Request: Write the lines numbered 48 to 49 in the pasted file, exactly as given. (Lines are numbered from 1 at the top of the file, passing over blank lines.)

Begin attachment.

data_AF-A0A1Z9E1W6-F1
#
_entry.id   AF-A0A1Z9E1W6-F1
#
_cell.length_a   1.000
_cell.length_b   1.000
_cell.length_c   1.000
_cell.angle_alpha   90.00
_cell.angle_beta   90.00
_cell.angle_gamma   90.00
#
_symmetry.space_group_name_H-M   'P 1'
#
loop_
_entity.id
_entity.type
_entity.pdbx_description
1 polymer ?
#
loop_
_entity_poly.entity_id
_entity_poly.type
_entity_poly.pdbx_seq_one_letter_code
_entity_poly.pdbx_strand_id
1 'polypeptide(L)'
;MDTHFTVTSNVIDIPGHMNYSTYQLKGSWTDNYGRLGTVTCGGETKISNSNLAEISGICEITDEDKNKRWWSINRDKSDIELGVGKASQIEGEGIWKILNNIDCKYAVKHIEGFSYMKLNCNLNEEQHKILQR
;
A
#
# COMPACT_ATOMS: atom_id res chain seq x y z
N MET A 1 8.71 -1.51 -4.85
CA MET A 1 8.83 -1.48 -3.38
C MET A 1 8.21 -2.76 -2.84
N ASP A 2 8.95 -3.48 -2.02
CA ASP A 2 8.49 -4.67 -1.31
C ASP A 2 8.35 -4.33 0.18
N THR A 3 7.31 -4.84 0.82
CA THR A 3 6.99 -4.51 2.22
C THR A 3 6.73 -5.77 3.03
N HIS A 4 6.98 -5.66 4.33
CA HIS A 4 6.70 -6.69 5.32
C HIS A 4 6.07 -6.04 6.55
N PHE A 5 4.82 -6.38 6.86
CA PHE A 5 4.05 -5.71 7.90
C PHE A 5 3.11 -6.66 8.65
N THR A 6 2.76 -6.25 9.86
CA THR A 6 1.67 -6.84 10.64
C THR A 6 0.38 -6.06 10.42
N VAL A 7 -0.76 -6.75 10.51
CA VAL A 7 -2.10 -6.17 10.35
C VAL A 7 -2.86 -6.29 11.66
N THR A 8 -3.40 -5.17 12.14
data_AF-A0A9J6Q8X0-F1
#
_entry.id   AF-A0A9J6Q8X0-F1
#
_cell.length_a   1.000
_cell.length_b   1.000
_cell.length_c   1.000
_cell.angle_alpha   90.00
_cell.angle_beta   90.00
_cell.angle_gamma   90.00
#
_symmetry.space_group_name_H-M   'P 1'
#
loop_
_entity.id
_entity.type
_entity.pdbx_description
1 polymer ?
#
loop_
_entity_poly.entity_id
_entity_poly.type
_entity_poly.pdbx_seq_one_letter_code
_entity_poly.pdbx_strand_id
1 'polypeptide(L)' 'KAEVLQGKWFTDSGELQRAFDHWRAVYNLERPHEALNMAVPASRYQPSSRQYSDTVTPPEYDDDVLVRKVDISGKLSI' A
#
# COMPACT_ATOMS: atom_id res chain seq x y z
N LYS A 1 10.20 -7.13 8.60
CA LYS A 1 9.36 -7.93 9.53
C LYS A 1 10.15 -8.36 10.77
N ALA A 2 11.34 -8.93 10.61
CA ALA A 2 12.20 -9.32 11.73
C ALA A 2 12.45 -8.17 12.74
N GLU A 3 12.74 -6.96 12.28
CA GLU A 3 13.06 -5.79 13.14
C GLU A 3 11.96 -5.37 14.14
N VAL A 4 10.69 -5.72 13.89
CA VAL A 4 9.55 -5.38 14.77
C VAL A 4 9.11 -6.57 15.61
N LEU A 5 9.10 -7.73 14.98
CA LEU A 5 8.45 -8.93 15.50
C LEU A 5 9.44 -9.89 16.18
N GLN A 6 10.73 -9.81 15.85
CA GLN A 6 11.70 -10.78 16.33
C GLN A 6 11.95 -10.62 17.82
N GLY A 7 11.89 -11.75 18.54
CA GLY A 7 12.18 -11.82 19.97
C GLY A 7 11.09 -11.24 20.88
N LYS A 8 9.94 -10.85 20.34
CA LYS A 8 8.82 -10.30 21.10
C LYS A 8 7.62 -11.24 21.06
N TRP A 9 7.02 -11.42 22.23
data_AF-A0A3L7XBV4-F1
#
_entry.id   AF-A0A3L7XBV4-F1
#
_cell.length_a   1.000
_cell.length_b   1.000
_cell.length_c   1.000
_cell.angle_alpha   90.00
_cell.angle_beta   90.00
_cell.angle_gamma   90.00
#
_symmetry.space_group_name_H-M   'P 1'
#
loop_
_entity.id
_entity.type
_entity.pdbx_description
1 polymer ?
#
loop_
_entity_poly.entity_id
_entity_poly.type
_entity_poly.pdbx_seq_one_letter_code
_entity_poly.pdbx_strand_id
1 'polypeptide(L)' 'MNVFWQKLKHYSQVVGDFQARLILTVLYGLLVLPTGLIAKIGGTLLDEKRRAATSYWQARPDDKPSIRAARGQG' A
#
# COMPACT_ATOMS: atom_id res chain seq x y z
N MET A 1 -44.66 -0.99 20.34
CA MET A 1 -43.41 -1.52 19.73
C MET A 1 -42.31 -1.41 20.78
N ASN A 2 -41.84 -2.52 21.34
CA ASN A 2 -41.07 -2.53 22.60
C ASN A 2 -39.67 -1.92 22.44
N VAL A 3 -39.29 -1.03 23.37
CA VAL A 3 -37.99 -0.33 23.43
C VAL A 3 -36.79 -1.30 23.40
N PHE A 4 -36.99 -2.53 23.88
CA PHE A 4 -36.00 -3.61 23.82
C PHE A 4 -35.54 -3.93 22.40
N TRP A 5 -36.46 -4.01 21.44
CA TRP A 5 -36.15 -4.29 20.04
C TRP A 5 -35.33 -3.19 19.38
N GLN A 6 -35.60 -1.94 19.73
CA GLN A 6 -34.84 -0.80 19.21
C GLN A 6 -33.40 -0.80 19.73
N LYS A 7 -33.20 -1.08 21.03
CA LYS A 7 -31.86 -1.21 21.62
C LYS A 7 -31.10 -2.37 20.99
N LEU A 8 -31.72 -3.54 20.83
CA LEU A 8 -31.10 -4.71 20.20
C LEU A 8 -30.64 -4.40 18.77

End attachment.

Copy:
C THR A 6 0.38 -6.06 10.42
N VAL A 7 -0.76 -6.75 10.51